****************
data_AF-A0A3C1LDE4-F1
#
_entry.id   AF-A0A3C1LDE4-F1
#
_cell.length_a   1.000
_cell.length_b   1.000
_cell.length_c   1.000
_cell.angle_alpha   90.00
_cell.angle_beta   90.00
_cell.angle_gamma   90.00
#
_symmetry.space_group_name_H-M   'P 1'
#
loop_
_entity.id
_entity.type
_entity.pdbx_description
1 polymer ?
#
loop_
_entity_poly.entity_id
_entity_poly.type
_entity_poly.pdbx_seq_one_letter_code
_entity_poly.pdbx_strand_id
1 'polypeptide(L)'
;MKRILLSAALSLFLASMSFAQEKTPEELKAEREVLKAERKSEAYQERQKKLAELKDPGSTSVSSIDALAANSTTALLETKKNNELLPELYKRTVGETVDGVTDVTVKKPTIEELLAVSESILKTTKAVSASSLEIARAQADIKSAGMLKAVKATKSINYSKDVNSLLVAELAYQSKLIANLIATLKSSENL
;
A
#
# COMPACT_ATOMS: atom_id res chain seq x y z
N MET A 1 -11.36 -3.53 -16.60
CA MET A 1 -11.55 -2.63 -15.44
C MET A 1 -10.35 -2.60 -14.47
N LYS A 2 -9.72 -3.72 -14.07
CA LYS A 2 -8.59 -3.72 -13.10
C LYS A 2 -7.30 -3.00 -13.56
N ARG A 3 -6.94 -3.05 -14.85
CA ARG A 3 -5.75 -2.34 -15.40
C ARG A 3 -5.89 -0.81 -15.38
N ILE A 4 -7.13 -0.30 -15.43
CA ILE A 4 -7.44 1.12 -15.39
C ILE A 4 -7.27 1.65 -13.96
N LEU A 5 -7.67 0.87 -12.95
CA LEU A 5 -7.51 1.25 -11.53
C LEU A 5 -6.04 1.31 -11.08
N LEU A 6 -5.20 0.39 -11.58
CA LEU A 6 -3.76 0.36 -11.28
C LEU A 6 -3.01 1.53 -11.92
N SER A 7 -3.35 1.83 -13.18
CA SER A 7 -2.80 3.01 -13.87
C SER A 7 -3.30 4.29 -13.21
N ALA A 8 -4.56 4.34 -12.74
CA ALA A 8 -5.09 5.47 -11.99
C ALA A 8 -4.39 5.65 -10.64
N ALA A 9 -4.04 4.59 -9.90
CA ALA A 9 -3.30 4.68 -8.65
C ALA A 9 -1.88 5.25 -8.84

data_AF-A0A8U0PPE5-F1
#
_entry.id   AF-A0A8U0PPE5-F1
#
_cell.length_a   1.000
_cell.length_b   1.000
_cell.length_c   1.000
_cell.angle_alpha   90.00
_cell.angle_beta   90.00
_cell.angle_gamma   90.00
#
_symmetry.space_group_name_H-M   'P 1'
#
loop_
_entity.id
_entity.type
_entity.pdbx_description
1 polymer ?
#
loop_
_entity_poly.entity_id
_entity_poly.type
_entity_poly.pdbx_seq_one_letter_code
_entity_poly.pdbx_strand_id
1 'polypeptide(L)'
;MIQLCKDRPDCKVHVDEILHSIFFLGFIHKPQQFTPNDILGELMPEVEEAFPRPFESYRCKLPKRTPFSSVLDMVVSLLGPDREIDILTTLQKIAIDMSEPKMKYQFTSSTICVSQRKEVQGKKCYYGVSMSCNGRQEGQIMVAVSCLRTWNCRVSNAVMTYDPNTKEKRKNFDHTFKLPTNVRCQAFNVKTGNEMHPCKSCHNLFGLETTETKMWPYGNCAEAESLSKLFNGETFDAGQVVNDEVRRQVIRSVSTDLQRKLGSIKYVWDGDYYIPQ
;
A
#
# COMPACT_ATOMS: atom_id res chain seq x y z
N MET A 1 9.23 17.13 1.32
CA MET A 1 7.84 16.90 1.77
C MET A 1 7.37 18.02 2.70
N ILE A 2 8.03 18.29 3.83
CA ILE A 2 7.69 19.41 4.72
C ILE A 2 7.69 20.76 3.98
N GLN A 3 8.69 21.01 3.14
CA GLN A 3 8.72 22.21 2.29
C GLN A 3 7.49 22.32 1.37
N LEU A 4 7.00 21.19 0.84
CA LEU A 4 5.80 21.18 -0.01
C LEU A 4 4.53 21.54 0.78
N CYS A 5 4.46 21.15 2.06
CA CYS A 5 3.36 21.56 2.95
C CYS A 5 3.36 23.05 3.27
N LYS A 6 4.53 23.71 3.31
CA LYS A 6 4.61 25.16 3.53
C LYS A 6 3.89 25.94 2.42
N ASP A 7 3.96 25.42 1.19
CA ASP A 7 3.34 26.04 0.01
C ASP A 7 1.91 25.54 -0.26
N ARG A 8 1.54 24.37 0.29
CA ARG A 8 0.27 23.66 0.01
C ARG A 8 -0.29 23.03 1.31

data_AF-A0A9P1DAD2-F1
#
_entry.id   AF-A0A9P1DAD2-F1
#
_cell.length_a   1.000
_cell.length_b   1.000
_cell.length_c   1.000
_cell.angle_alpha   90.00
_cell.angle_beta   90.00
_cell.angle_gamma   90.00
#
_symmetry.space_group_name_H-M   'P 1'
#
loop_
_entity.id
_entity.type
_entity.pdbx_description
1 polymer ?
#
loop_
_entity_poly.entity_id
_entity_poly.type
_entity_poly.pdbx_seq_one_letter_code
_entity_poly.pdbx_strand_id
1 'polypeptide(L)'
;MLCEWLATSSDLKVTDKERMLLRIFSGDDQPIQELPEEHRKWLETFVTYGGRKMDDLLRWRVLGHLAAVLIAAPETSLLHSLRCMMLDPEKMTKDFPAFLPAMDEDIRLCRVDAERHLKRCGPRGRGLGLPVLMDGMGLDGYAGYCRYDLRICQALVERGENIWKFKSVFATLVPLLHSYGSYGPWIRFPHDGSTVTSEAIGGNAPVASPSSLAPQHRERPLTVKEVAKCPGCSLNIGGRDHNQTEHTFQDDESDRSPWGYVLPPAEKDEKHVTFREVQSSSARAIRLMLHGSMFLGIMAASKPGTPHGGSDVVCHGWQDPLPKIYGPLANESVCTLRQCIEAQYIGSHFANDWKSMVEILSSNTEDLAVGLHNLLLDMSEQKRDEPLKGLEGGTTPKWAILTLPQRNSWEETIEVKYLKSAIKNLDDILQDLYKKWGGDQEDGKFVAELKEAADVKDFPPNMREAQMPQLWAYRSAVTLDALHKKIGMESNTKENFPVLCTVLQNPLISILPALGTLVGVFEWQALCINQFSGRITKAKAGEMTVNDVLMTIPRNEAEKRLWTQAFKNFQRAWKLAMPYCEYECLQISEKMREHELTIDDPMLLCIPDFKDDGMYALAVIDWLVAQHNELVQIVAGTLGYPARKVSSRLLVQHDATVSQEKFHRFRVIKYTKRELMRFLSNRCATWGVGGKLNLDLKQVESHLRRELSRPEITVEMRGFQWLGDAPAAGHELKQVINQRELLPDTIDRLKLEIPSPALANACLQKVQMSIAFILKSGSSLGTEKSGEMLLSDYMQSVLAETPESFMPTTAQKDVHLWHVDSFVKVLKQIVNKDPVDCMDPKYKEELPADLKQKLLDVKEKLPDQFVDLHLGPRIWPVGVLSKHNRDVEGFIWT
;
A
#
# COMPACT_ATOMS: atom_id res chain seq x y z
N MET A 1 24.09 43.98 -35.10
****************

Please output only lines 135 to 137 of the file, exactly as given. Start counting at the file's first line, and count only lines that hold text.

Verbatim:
_entity_poly.pdbx_strand_id
1 'polypeptide(L)'
;MLCEWLATSSDLKVTDKERMLLRIFSGDDQPIQELPEEHRKWLETFVTYGGRKMDDLLRWRVLGHLAAVLIAAPETSLLHSLRCMMLDPEKMTKDFPAFLPAMDEDIRLCRVDAERHLKRCGPRGRGLGLPVLMDGMGLDGYAGYCRYDLRICQALVERGENIWKFKSVFATLVPLLHSYGSYGPWIRFPHDGSTVTSEAIGGNAPVASPSSLAPQHRERPLTVKEVAKCPGCSLNIGGRDHNQTEHTFQDDESDRSPWGYVLPPAEKDEKHVTFREVQSSSARAIRLMLHGSMFLGIMAASKPGTPHGGSDVVCHGWQDPLPKIYGPLANESVCTLRQCIEAQYIGSHFANDWKSMVEILSSNTEDLAVGLHNLLLDMSEQKRDEPLKGLEGGTTPKWAILTLPQRNSWEETIEVKYLKSAIKNLDDILQDLYKKWGGDQEDGKFVAELKEAADVKDFPPNMREAQMPQLWAYRSAVTLDALHKKIGMESNTKENFPVLCTVLQNPLISILPALGTLVGVFEWQALCINQFSGRITKAKAGEMTVNDVLMTIPRNEAEKRLWTQAFKNFQRAWKLAMPYCEYECLQISEKMREHELTIDDPMLLCIPDFKDDGMYALAVIDWLVAQHNELVQIVAGTLGYPARKVSSRLLVQHDATVSQEKFHRFRVIKYTKRELMRFLSNRCATWGVGGKLNLDLKQVESHLRRELSRPEITVEMRGFQWLGDAPAAGHELKQVINQRELLPDTIDRLKLEIPSPALANACLQKVQMSIAFILKSGSSLGTEKSGEMLLSDYMQSVLAETPESFMPTTAQKDVHLWHVDSFVKVLKQIVNKDPVDCMDPKYKEELPADLKQKLLDVKEKLPDQFVDLHLGPRIWPVGVLSKHNRDVEGFIWT